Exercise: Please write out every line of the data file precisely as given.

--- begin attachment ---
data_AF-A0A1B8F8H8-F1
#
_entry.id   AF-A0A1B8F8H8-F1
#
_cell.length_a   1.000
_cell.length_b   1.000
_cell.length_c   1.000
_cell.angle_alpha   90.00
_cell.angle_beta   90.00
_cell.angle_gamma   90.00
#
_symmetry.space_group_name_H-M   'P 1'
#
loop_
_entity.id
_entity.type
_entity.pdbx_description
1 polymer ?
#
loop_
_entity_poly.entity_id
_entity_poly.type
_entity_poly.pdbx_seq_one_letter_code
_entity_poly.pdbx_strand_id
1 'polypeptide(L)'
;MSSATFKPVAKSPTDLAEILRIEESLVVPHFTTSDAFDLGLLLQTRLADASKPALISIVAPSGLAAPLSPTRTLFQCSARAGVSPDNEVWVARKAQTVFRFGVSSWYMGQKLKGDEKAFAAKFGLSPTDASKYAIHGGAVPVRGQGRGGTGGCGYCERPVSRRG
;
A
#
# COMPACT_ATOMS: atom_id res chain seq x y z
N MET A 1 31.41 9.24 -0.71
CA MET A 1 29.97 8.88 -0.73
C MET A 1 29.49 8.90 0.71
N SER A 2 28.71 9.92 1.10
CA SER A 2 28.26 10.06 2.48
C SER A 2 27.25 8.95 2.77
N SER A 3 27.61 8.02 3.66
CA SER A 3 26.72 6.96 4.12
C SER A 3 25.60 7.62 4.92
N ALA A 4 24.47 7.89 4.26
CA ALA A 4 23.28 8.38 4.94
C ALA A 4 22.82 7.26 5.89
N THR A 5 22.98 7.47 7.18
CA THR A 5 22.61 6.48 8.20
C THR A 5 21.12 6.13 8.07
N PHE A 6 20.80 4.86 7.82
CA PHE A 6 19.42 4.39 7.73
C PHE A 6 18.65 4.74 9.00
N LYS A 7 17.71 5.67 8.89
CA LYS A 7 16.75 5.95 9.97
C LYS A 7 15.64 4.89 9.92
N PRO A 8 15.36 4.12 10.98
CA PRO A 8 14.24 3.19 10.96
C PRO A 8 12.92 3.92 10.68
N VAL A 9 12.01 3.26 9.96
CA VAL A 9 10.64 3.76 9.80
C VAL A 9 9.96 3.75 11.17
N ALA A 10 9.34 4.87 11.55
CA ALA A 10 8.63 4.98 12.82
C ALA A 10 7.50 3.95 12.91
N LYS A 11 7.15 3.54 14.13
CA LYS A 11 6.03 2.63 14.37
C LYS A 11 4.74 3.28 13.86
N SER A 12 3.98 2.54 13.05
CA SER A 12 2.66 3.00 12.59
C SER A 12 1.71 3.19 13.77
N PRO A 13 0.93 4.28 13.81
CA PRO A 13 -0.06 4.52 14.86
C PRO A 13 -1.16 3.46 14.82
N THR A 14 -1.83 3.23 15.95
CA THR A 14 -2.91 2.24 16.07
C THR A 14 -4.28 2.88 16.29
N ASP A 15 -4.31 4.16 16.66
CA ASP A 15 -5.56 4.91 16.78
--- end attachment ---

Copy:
data_AF-A0A1B8F8H8-F1
#
_entry.id   AF-A0A1B8F8H8-F1
#
_cell.length_a   1.000
_cell.length_b   1.000
_cell.length_c   1.000
_cell.angle_alpha   90.00
_cell.angle_beta   90.00
_cell.angle_gamma   90.00
#
_symmetry.space_group_name_H-M   'P 1'
#
loop_
_entity.id
_entity.type
_entity.pdbx_description
1 polymer ?
#
loop_
_entity_poly.entity_id
_entity_poly.type
_entity_poly.pdbx_seq_one_letter_code
_entity_poly.pdbx_strand_id
1 'polypeptide(L)'
;MSSATFKPVAKSPTDLAEILRIEESLVVPHFTTSDAFDLGLLLQTRLADASKPALISIVAPSGLAAPLSPTRTLFQCSARAGVSPDNEVWVARKAQTVFRFGVSSWYMGQKLKGDEKAFAAKFGLSPTDASKYAIHGGAVPVRGQGRGGTGGCGYCERPVSRRG
;
A
#
# COMPACT_ATOMS: atom_id res chain seq x y z
N MET A 1 31.41 9.24 -0.71
CA MET A 1 29.97 8.88 -0.73
C MET A 1 29.49 8.90 0.71
N SER A 2 28.71 9.92 1.10
CA SER A 2 28.26 10.06 2.48
C SER A 2 27.25 8.95 2.77
N SER A 3 27.61 8.02 3.66
CA SER A 3 26.72 6.96 4.12
C SER A 3 25.60 7.62 4.92
N ALA A 4 24.47 7.89 4.26
CA ALA A 4 23.28 8.38 4.94
C ALA A 4 22.82 7.26 5.89
N THR A 5 22.98 7.47 7.18
CA THR A 5 22.61 6.48 8.20
C THR A 5 21.12 6.13 8.07
N PHE A 6 20.80 4.86 7.82
CA PHE A 6 19.42 4.39 7.73
C PHE A 6 18.65 4.74 9.00
N LYS A 7 17.71 5.67 8.89
CA LYS A 7 16.75 5.95 9.97
C LYS A 7 15.64 4.89 9.92
N PRO A 8 15.36 4.12 10.98
CA PRO A 8 14.24 3.19 10.96
C PRO A 8 12.92 3.92 10.68
N VAL A 9 12.01 3.26 9.96
CA VAL A 9 10.64 3.76 9.80
C VAL A 9 9.96 3.75 11.17
N ALA A 10 9.34 4.87 11.55
CA ALA A 10 8.63 4.98 12.82
C ALA A 10 7.50 3.95 12.91
N LYS A 11 7.15 3.54 14.13
CA LYS A 11 6.03 2.63 14.37
C LYS A 11 4.74 3.28 13.86
N SER A 12 3.98 2.54 13.05
CA SER A 12 2.66 3.00 12.59
C SER A 12 1.71 3.19 13.77
N PRO A 13 0.93 4.28 13.81
CA PRO A 13 -0.06 4.52 14.86
C PRO A 13 -1.16 3.46 14.82
N THR A 14 -1.83 3.23 15.95
CA THR A 14 -2.91 2.24 16.07
C THR A 14 -4.28 2.88 16.29
N ASP A 15 -4.31 4.16 16.66
CA ASP A 15 -5.56 4.91 16.78